And though they are with you yet they belong not to you.

You may give them your love but not your thoughts,
For they have their own thoughts.
You may house their bodies but not their souls,
For their souls dwell in the house of tomorrow, which
you cannot visit, not even in your dreams.
You may strive to be like them, but seek not to make them like you.
For life goes not backward nor tarries with yesterday.

You are the bows from which your children as living arrows are sent forth...

Get thee back to the grave, Confucius! Respect for our Youngers is what I preach, and I do try to practice it. Respect, in any case, has to be mutual and spontaneous. Or else it's pure intimidation.

Now, coming back to the idea of Woman as the manifestation of the Goddess. I happen to view ‘chastity’ and 'wantonness' as equally seductive attributes. The Virgin and the Prostitute. Surefire marketing concept, Ms Ciccone aka Madonna. Men, be honest and admit that you desire both these qualities in your women.  Opposites aren't necessarily contradictory; usually they're complementary. Innocence and Experience attract each other. Virgins are still being sold to the highest bidder. Prostitutes work at union rates, negotiable on cold nights. Over here we have a loose woman with tight lips and over there an uptight one with loose lips. Take your pick, brother.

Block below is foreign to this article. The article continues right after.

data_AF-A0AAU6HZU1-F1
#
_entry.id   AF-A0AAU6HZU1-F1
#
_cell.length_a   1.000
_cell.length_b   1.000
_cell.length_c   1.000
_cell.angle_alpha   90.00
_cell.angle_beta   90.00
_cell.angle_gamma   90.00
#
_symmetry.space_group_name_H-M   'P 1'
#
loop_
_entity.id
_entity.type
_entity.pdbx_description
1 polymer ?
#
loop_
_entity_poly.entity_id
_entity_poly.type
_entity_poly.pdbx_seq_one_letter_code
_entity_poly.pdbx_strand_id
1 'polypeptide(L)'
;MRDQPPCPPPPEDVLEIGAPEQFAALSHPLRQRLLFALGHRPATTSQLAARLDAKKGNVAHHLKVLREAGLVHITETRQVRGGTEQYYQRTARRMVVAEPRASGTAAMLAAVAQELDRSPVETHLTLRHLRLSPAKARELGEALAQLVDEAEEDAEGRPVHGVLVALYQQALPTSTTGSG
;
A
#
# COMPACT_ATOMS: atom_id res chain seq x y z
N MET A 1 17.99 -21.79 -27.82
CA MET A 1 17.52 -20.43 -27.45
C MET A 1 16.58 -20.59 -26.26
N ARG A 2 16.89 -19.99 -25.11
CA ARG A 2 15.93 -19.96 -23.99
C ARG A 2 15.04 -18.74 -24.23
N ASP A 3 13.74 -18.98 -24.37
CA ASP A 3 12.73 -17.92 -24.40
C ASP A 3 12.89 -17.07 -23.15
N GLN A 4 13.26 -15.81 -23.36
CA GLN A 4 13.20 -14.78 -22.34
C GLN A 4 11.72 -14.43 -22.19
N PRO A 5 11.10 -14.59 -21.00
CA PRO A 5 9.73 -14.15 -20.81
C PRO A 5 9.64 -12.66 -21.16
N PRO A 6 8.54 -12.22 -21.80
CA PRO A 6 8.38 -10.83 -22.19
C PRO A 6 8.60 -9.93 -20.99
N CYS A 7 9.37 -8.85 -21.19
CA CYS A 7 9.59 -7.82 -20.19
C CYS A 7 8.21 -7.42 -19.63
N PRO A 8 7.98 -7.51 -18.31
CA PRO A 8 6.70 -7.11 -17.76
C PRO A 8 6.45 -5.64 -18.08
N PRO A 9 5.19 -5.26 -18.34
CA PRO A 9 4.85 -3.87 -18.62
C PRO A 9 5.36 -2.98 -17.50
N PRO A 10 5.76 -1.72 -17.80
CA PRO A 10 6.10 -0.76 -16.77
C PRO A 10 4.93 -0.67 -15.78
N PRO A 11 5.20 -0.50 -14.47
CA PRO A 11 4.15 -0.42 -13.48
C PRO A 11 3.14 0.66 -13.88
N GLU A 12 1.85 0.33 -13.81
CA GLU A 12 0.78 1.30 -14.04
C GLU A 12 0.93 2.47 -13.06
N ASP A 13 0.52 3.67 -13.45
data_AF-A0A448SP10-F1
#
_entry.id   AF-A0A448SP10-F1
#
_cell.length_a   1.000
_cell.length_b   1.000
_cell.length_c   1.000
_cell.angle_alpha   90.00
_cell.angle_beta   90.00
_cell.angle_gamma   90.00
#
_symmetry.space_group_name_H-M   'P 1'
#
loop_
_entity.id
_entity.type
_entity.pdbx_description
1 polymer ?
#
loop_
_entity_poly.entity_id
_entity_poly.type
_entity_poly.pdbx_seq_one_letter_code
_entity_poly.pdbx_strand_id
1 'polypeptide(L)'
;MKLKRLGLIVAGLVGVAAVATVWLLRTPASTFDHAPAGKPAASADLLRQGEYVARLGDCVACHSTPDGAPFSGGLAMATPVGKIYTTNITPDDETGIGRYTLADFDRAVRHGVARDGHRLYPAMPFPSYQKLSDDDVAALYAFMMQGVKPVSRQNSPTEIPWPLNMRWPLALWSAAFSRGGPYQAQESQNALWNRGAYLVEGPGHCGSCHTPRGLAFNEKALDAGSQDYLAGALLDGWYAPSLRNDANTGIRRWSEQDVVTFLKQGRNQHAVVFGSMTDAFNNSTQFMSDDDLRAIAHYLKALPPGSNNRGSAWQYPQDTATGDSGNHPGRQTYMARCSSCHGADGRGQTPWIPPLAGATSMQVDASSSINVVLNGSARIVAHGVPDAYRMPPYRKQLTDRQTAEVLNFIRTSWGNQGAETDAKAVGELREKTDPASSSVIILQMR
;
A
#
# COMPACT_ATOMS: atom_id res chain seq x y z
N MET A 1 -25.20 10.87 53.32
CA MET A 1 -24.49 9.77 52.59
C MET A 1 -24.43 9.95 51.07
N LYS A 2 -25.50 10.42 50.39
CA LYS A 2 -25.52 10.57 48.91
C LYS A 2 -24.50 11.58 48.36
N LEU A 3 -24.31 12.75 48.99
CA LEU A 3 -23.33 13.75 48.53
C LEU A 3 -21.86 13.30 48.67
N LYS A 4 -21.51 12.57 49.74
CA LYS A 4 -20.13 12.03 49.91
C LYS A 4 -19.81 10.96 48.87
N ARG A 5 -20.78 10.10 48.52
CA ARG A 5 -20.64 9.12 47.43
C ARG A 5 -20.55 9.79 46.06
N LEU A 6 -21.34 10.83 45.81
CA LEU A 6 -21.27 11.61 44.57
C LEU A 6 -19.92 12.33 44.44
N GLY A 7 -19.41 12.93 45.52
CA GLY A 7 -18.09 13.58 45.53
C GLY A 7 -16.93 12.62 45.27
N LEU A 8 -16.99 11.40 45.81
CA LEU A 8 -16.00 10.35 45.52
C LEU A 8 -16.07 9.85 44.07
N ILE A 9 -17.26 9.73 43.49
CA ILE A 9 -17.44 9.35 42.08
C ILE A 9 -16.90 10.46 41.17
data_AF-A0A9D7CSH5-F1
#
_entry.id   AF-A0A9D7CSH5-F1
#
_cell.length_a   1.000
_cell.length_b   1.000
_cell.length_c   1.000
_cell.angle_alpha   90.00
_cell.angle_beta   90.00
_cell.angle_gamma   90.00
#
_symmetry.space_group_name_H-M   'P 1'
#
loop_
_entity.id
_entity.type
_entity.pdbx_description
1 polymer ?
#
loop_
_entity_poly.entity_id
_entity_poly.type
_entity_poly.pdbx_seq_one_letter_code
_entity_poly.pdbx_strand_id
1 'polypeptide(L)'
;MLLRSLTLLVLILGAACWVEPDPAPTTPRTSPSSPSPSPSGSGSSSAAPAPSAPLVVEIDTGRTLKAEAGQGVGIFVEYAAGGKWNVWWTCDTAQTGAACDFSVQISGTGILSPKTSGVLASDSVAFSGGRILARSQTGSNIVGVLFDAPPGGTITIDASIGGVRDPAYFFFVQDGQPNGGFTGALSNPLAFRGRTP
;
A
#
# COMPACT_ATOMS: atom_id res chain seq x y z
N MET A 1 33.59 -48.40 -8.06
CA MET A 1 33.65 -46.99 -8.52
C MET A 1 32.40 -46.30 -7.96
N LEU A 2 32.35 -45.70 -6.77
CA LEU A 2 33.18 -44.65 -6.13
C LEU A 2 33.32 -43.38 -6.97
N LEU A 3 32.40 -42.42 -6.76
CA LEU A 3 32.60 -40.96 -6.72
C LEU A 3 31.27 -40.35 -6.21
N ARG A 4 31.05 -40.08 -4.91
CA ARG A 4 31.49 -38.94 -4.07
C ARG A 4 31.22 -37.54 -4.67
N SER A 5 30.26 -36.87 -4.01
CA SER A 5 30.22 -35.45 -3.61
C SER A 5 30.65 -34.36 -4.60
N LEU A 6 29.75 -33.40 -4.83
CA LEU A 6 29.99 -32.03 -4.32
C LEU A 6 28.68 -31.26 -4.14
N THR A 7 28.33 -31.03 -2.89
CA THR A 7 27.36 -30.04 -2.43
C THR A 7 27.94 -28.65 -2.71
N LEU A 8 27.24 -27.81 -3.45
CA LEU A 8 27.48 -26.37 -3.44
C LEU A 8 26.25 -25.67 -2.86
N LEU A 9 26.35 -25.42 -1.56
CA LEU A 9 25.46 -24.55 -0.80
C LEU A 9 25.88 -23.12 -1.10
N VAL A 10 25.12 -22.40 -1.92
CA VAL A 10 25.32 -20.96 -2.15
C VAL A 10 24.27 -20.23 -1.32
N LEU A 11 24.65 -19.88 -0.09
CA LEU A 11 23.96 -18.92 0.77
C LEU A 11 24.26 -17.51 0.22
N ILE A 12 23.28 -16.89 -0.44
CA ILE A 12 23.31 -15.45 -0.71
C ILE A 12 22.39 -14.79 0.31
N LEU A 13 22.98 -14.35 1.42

The Goddess is nurturer and destroyer in one. Before the birth of the Cosmos, there was the Cosmic Womb which the Egyptians called Nuit, goddess of Night. Others call it the Primordial Chaos. I call it the Matrix of Infinite Possibilities. Maria or Kali, Fairy Godmother or Wicked Witch: she can soothe and she can torment. Like the calm or raging sea, like life or death, the Goddess is not a static reality. She is not rigid with rationality, though she can be entirely reasonable or unreasonable as it pleases her. 

The practice of automatically assigning God the masculine pronoun Him is disturbing, perhaps even dangerous. Our only chance of making it through these apocalyptic times is to restore the Feminine Principle in our religious reckonings; to acknowledge that the sphere of awareness implies a concave as well as a convex dimension, an inner and an outer form.

And most cogently, to realize that the two are an interchangeable oneness in perpetual dynamic equilibrium. Without this understanding, we shall continue to inherit a world governed by overgrown little boys with dangerous toys.

That's right. Don't you be fooled by that funny mustache. He's got a pea-shooter in his pants. And a hot date with Mae West. Or, as visionary historian William IrwinThompson puts it:

"Civilizations, like the penis, rise and fall, and when the towers and the battlements crumble into the earth, they return to the embrace of the Great Mother."  

Pretty Oedipal, eh?

[Written 6 January 1991 and subsequently published in The Star. First posted 18 May 2013. Reposted 15 August 2016]